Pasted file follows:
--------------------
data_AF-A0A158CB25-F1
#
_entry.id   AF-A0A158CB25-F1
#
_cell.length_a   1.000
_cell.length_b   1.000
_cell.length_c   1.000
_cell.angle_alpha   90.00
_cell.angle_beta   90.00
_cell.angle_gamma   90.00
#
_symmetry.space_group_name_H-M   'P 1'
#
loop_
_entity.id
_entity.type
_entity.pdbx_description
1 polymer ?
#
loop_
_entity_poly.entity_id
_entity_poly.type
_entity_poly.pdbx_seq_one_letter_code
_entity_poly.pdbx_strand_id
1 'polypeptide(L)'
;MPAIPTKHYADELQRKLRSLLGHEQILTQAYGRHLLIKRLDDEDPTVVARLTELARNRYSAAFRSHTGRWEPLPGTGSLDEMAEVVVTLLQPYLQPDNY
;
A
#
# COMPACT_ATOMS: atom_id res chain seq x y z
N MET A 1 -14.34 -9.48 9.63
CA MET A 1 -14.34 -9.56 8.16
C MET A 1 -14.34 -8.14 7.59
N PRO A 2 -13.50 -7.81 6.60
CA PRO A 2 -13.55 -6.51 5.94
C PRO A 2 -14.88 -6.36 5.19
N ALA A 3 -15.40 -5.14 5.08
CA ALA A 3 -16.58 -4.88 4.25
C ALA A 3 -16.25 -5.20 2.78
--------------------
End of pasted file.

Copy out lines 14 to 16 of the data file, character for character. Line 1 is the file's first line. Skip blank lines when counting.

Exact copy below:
loop_
_entity.id
_entity.type